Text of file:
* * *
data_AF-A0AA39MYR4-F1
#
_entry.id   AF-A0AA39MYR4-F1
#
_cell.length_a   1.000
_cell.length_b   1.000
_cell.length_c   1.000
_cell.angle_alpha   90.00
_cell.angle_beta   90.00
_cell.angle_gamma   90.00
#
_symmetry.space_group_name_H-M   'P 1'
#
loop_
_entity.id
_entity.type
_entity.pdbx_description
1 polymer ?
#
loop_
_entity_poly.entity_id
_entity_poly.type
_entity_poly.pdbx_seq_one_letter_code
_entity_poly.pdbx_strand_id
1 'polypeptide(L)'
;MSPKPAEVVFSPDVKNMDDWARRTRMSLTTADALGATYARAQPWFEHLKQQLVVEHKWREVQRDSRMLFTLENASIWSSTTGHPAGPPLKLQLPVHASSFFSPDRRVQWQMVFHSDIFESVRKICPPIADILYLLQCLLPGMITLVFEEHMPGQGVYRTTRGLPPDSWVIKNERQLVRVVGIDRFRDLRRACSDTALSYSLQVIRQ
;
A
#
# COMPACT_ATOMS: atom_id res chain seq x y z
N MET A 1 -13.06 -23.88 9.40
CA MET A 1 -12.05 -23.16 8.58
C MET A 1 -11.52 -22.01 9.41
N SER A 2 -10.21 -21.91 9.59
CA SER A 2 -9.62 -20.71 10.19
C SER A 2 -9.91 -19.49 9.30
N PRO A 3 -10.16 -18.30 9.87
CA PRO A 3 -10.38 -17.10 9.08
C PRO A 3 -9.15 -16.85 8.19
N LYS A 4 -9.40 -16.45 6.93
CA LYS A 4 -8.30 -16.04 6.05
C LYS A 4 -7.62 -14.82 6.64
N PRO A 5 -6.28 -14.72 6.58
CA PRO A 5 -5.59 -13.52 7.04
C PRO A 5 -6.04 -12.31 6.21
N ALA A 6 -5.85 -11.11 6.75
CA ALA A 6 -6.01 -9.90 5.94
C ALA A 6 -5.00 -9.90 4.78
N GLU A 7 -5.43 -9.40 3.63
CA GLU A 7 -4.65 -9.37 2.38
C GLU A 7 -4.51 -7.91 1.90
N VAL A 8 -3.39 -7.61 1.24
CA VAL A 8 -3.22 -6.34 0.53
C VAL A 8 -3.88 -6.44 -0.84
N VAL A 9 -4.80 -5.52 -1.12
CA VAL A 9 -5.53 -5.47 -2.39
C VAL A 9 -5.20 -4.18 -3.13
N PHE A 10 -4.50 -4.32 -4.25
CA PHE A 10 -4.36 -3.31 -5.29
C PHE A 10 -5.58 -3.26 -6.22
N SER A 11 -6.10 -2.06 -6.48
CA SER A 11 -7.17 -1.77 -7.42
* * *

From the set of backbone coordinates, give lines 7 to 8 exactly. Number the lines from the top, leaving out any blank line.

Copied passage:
_cell.length_c   1.000
_cell.angle_alpha   90.00